Electric Fly killer is a good choice. I haven't used a swatter. I would probably buy it soon.
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Combine the Alcatrazean satisfaction of an electric bug zapper and the participatory thrill of a manual fly flap and the result is an electric fly swatter. An electric fly swatter looks like a tennis racket, but has an electrified wire grid and a battery pack hidden in the handle. The user presses a switch to activate the grid and only has to make a general swipe in the bug's direction for a confirmed kill.
Manual fly swatters are effective against a single combatant, but they are up against years of insect instinct. House flies and mosquitoes have very sensitive hairs which can detect the slightest change in air pressure. This is why fly swatters in general have an open-air design; flies and mosquitoes don't detect the swatter until it's too late to escape its webbing. An electric fly swatter uses an open grid to achieve the same goal.
On the other end of the fly-killing spectrum, stationary electric bug zappers use instinct against the insects. Many flying insects orient themselves by natural light cues. The special lightbulb in a bug zapper is especially attractive to insects like moths, mosquitoes and house flies. The insect will draw closer to the light, only to become helplessly mired in an electric grid. When the circuit is complete, the insect receives a fatal shock.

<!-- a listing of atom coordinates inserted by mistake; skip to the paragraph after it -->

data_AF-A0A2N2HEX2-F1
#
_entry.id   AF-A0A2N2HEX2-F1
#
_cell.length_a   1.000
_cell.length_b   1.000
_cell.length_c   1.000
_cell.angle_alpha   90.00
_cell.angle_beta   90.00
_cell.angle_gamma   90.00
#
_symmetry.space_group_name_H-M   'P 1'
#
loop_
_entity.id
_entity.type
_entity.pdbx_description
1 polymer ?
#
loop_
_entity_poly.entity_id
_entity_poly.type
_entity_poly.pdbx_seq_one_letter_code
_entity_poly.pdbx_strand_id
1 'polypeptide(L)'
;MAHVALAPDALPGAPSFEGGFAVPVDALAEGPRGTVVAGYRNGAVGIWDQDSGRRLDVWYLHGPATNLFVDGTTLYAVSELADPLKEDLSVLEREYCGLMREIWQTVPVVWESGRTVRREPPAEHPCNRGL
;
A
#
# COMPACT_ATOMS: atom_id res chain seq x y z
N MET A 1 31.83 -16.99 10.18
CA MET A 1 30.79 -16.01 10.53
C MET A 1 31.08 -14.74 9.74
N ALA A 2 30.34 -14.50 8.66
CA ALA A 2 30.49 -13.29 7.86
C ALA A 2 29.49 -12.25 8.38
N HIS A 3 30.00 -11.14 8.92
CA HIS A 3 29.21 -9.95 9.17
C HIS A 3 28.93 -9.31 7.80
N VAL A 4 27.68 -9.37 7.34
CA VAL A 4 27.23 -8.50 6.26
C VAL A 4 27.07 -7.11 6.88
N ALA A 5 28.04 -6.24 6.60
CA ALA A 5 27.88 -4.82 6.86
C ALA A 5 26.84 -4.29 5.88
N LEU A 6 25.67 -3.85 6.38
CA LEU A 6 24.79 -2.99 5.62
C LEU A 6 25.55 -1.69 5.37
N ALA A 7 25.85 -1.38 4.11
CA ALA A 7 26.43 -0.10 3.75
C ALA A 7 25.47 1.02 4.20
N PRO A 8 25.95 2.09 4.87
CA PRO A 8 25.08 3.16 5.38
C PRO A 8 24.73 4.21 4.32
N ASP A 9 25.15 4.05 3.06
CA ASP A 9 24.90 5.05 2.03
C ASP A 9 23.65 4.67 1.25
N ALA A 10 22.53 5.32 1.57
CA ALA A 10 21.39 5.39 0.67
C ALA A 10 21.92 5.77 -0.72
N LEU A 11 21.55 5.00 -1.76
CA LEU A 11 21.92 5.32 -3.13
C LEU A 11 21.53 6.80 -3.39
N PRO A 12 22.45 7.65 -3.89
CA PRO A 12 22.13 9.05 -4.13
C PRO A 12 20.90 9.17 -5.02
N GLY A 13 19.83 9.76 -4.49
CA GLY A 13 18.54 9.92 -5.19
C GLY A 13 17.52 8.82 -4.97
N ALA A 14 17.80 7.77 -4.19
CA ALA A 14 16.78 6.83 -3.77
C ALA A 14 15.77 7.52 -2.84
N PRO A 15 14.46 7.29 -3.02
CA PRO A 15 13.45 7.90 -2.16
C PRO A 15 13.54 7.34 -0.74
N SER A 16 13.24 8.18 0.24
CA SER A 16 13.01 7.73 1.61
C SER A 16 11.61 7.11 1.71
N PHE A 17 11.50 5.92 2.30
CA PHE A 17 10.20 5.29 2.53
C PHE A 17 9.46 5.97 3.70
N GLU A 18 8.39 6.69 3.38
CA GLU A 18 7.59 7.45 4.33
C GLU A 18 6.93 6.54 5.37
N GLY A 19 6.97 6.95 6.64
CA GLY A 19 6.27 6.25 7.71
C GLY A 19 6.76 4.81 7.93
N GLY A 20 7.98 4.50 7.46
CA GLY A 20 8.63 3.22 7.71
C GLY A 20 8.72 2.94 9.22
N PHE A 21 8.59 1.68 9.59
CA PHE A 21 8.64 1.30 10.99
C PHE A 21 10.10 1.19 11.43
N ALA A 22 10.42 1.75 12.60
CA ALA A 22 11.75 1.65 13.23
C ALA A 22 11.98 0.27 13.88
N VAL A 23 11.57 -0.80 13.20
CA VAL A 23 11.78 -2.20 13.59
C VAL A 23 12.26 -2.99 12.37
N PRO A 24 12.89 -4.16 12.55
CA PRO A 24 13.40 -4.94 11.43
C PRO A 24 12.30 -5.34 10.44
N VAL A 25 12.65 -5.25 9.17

An electric fly swatter takes the effective grid element of a bug zapper and combines it with the large surface area and flexibility of a traditional fly swatter. The electric fly swatter receives power from two or three AA-size batteries. Whenever a flying pest is discovered, the owner of the electric fly swatter swipes the air around the insect. The insect should make contact with the grid and die instantly from the electrical shock. Electric fly swatters are very convenient because their owners don't have to be especially stealthy or accurate.
Companies who market electric fly swatters often promote it as more of a novelty item than a legitimate insect killer, but don't let the tongue-in-cheek advertising fool you. An electric fly swatter can be an excellent gift for the elderly or others with limited mobility. A single house fly or mosquito can be quite a nuisance, as well as a health hazard. Insecticides may be too dangerous for pets and children, and an electric bug zapper is not recommended for indoor use. By using an electric fly swatter, the chances of eliminating the pest in one fell swoop increase exponentially. Care must be taken, however, to turn off the grid between uses. The grid can generate substantial heat, which can cause damage to furniture and exposed skin.
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